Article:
Subcutaneous Injections

General Information

Subcutaneous Sites:


Anterior View

Posterior View

Indications for Subcutaneous Injections:

The onset of action for subcutaneous ( SC, SQ) injections is usually slower than for intramuscular (IM) injections (heparin is absorbed as quickly when given SC).

The medications given SC are isotonic, nonirritating, and water-soluble; examples are epinephrine, insulin, heparin.

The dosage that can be given SC is less than 1 ml.
 

Equipment:

The amount of adipose tissue determines the needle length and angle of insertion. Use what is needed to deliver the medication into the subcutaneous tissue.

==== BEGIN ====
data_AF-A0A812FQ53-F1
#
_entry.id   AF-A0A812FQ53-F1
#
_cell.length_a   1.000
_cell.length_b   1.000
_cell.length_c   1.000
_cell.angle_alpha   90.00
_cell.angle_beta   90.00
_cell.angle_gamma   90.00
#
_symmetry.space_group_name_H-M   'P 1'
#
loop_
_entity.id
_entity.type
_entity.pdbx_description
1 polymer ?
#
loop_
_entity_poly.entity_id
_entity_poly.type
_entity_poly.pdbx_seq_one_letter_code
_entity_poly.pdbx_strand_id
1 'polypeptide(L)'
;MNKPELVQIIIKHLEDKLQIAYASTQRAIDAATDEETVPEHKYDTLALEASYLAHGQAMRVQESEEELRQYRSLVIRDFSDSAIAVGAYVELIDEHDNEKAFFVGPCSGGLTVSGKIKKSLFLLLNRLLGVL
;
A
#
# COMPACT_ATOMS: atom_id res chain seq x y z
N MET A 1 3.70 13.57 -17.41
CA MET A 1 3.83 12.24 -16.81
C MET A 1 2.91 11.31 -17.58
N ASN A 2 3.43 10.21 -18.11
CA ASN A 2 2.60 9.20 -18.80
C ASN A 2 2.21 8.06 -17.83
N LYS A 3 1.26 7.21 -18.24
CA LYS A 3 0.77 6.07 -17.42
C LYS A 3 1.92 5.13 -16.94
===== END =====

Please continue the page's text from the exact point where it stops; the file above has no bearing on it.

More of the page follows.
In general, a 25g, 5/8 inch needle is inserted at a 45-90 degree angle. The needle-length should be 1/2 of the depth of the skinfold. A rule of thumb is that if the skinfold depth is 2 inches, inject using a 90 degree angle; if the depth is 1 inch, inject using a 45 degree angle.
 


Subcutaneous Compared to Intramuscular Injection:


Subcutaneous Injection
 
Intramuscular Injection

Subcutaneous Tissue:

Equipment for Subcutaneous Injections:

Tuberculin Syringe  
Insulin Syringe  

NOTE: These syringes are NOT interchangeable